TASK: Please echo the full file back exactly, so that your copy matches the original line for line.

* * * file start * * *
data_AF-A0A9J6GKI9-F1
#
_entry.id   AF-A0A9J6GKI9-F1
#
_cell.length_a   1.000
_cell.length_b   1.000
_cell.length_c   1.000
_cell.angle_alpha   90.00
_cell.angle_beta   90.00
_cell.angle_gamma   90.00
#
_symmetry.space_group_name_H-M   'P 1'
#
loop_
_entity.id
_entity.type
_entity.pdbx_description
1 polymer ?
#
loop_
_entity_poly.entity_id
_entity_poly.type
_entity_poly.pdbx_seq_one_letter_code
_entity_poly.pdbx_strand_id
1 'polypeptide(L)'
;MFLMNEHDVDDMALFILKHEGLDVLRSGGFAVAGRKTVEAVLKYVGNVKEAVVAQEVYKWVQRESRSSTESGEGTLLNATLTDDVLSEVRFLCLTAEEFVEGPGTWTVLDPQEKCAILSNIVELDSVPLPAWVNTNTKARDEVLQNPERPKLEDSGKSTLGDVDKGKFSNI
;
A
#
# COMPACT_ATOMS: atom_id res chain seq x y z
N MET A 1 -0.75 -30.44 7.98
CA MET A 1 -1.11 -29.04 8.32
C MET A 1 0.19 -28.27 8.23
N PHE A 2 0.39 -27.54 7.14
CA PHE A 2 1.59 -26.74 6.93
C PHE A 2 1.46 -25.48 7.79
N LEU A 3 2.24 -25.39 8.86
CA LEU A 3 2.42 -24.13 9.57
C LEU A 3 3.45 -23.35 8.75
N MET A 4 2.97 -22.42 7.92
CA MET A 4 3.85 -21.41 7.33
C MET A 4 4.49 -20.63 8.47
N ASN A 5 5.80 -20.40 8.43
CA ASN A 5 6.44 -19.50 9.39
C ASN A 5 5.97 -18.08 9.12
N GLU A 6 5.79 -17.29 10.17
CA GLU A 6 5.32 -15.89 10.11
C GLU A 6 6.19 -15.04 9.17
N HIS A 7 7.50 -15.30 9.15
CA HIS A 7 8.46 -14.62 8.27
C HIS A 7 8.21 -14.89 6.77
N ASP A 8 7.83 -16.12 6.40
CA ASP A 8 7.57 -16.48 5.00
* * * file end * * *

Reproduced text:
data_AF-A0A9J6GKI9-F1
#
_entry.id   AF-A0A9J6GKI9-F1
#
_cell.length_a   1.000
_cell.length_b   1.000
_cell.length_c   1.000
_cell.angle_alpha   90.00
_cell.angle_beta   90.00
_cell.angle_gamma   90.00
#
_symmetry.space_group_name_H-M   'P 1'
#
loop_
_entity.id
_entity.type
_entity.pdbx_description
1 polymer ?
#
loop_
_entity_poly.entity_id
_entity_poly.type
_entity_poly.pdbx_seq_one_letter_code
_entity_poly.pdbx_strand_id
1 'polypeptide(L)'
;MFLMNEHDVDDMALFILKHEGLDVLRSGGFAVAGRKTVEAVLKYVGNVKEAVVAQEVYKWVQRESRSSTESGEGTLLNATLTDDVLSEVRFLCLTAEEFVEGPGTWTVLDPQEKCAILSNIVELDSVPLPAWVNTNTKARDEVLQNPERPKLEDSGKSTLGDVDKGKFSNI
;
A
#
# COMPACT_ATOMS: atom_id res chain seq x y z
N MET A 1 -0.75 -30.44 7.98
CA MET A 1 -1.11 -29.04 8.32
C MET A 1 0.19 -28.27 8.23
N PHE A 2 0.39 -27.54 7.14
CA PHE A 2 1.59 -26.74 6.93
C PHE A 2 1.46 -25.48 7.79
N LEU A 3 2.24 -25.39 8.86
CA LEU A 3 2.42 -24.13 9.57
C LEU A 3 3.45 -23.35 8.75
N MET A 4 2.97 -22.42 7.92
CA MET A 4 3.85 -21.41 7.33
C MET A 4 4.49 -20.63 8.47
N ASN A 5 5.80 -20.40 8.43
CA ASN A 5 6.44 -19.50 9.39
C ASN A 5 5.97 -18.08 9.12
N GLU A 6 5.79 -17.29 10.17
CA GLU A 6 5.32 -15.89 10.11
C GLU A 6 6.19 -15.04 9.17
N HIS A 7 7.50 -15.30 9.15
CA HIS A 7 8.46 -14.62 8.27
C HIS A 7 8.21 -14.89 6.77
N ASP A 8 7.83 -16.12 6.40
CA ASP A 8 7.57 -16.48 5.00